Despite holding its own for the last two months of the year, West Virginia’s business performance declined during 2015, as reflected by the latest Mountain State Business Index.

December’s MSBI was unchanged from November’s slight improvement, leaving 2015 down 1.1 percent from 2014.

Overall, the MSBI registered weak performance during 2015, with a particularly notable decline over the first several months of the year. The index continued to trend lower over much of the second half of the year, but appears to have at least stabilized over the past few months. Indeed, the MSBI’s critical six-month annualized change metric, though still negative, sits at -0.6 percent compared to as low as -2.3 percent during mid-2015.

“The West Virginia economy continues to struggle to gain traction as evidenced by a lack of growth in the Mountain State Business Index,” said John Deskins, director of West Virginia University’s Bureau of Business and Economic Research, which operates within the College of Business and Economics and produces the MSBI. The index serves as an up-to-date gauge of West Virginia’s expected economic performance over the very near term. This month’s result for the MSBI points to the potential for sluggish economic growth for the state as a whole into the spring of 2016.

The MSBI combines several leading economic indicators into a single index number that provides a convenient way to gauge the likelihood of swings in economic activity over the next four to six months. Signals of a coming contraction in the state’s economy can be identified if the index declines by at least two percent on an annualized basis over a six-month period and a majority of the individual components also decline by a statistically large enough rate over that same period.

The index comprises seven economic indicators that were determined to lead expansions or contractions in the West Virginia economy. Each indicator will make positive, negative or no contribution on a monthly basis to the overall index. The seven indicators are related to the following factors: building permits; unemployment insurance claims; the value of the U.S. dollar; stock prices related to West Virginia employers; interest rates; coal production; and natural gas production. The December MSBI reflects data that correspond to the month of November.

While six components made positive contributions to the overall index in December, building permits made the largest positive impact with nearly a three percent gain from October 2015. Nonetheless, the positive MSBI components made modest impacts at best as these slight gains were offset completely by a 1.8 percent drop-off in natural gas production.

“Even with the MSBI’s relatively solid performance over the past two months, the index highlighted West Virginia’s economic struggles during 2015. However, the MSBI never saw large or sustained enough declines to suggest the state’s economy was decidedly in an economic downturn or that one was ever clearly imminent,” said Brian Lego, BBER research assistant professor. “Instead, a large part of the state’s weak economic performance was due in large part to rapidly-declining coal production, which also helped to fuel the surge in initial unemployment insurance claims that also served to drive the index sharply lower in the first half of the year.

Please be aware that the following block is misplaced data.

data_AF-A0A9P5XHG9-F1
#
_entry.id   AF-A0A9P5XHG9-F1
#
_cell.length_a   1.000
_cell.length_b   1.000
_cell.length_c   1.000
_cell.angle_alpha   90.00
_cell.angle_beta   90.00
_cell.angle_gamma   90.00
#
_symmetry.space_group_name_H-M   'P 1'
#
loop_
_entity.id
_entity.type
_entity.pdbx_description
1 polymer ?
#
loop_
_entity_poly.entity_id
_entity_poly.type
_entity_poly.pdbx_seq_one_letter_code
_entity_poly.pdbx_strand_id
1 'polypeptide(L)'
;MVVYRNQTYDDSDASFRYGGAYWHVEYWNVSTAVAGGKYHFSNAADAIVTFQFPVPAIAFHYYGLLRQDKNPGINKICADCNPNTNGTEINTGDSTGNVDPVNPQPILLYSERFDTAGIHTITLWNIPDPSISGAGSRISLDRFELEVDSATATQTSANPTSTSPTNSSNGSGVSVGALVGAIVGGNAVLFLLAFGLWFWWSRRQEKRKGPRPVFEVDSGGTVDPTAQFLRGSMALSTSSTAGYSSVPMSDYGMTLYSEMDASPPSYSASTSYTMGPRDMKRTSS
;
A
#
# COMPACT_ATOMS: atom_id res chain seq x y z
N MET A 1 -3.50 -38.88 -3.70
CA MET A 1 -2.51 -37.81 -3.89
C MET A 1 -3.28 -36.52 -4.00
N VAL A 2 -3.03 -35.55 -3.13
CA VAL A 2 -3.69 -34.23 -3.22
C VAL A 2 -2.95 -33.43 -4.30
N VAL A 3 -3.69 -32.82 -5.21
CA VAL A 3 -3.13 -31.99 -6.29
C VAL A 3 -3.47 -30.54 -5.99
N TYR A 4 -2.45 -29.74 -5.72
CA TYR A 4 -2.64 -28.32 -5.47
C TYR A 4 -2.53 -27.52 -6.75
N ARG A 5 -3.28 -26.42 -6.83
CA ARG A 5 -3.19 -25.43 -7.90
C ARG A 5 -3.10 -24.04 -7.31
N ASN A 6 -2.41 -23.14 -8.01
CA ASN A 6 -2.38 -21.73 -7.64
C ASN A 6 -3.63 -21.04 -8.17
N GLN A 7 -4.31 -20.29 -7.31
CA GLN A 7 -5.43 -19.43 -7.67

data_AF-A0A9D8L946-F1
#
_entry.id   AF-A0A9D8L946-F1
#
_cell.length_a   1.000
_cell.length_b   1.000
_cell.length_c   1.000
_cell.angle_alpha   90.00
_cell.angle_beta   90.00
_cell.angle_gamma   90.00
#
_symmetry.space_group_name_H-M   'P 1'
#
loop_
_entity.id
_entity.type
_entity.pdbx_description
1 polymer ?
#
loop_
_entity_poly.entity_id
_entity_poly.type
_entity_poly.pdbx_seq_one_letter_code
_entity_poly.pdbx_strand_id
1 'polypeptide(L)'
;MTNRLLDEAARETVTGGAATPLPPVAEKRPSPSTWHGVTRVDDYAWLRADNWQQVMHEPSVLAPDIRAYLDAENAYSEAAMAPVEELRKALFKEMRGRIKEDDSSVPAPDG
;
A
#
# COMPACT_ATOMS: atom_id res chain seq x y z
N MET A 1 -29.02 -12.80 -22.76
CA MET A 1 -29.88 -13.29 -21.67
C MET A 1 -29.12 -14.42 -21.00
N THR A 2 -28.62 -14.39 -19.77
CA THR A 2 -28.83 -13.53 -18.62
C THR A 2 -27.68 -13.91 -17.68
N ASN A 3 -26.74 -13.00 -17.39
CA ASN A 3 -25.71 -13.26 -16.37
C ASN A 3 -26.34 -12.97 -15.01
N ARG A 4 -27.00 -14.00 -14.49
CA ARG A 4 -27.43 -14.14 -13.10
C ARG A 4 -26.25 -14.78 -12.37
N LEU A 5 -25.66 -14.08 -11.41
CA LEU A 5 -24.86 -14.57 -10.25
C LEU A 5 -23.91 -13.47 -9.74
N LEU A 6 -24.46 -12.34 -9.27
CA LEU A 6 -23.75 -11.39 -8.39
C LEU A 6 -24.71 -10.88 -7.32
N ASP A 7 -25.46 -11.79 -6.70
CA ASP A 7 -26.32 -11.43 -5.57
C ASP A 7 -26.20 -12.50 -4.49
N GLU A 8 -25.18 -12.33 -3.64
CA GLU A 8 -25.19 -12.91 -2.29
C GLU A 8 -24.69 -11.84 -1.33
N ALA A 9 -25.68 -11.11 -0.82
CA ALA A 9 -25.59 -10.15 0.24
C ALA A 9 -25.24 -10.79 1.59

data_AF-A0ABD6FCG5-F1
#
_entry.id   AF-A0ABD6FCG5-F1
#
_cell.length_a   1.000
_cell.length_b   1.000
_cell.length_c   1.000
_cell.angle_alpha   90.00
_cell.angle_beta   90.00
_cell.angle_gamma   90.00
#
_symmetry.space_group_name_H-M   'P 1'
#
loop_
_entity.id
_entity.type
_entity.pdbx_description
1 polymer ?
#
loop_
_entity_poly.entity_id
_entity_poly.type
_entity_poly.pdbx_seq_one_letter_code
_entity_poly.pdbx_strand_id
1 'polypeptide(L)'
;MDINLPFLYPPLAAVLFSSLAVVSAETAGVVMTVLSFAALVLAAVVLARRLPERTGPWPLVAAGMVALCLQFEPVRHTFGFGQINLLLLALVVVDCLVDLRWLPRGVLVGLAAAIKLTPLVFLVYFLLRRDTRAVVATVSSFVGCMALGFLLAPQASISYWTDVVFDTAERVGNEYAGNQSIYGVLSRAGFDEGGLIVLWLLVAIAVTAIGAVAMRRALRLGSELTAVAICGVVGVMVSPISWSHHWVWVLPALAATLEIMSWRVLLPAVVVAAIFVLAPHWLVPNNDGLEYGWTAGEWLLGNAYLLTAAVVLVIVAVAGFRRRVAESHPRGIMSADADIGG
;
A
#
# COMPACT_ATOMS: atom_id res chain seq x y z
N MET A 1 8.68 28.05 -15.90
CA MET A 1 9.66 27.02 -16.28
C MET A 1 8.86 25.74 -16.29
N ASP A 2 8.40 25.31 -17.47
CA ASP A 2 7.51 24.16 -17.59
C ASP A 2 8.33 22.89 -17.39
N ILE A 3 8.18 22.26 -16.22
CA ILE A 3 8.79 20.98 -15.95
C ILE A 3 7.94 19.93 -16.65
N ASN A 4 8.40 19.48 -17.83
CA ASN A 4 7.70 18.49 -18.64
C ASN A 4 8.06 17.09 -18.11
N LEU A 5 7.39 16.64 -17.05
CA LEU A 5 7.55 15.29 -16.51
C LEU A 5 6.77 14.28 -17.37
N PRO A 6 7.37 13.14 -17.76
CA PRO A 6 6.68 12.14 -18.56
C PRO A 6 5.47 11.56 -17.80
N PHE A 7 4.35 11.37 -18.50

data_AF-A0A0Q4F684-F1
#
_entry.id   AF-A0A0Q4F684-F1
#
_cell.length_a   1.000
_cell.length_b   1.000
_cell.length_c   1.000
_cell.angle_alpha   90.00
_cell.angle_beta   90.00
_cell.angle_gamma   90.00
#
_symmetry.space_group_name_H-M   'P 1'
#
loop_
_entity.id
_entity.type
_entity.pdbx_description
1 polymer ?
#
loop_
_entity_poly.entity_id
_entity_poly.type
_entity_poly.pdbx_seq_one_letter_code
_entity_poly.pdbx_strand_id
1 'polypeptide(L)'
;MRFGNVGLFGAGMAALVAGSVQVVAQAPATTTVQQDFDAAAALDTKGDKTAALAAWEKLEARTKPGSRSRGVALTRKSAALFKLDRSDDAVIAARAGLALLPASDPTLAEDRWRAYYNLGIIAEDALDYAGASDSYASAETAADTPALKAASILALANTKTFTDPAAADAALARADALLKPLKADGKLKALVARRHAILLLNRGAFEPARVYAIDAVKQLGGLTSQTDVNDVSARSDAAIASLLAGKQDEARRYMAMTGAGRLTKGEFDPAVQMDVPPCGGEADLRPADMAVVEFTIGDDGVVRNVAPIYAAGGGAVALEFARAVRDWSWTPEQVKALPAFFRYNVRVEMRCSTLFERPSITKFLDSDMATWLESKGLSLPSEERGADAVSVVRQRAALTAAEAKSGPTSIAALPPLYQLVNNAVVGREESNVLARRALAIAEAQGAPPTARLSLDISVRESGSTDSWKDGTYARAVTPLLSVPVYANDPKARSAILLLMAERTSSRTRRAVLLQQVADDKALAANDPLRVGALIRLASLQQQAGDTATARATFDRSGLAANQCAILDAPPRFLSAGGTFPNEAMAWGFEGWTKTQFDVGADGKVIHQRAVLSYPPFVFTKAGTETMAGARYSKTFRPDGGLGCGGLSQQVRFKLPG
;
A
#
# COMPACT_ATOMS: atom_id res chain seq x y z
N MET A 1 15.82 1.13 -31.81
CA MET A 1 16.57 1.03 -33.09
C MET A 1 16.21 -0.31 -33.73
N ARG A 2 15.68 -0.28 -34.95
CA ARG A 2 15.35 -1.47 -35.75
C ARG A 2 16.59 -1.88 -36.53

“The state’s real trade-weighted dollar edged lower this month, but remains a risk to growth over the near term. Exports account for an above-average share of economic output in West Virginia and the strong upward movement in the dollar has made many goods and commodities produced in the state less competitive globally. Should the dollar re-appreciate or simply remain at current valuations against other major currencies, it will likely weigh on demand for metallurgical coal and other goods produced in the state that are destined primarily for export.”

“While coal production in West Virginia has certainly trended lower in recent years and will continue to do so for at least the next year, the natural gas industry provided a nice offset thanks to strong output growth. Unfortunately, gains in production were generally hit-and-miss over much of 2015, but has more recently begun to decline. Concerns remain about the persistence of the current extremely low price environment seen for the entire fossil fuel energy complex and how production is ultimately affected over the longer term. Rig counts, capital investment plans and exploration activity have already been cut, so persistently weak natural gas prices will likely lead to appreciable losses in future production activity for the Marcellus and Utica Shale plays as legacy well production declines overwhelm productivity growth,” Lego said.

Technical documentation related to the Mountain State Business Index and other BBER publications are available for free download in PDF format at For further information about the WVU College of Business and Economics, follow B&E on Twitter at @wvucobe or visit


CONTACT: John Deskins; WVU College of Business and Economics


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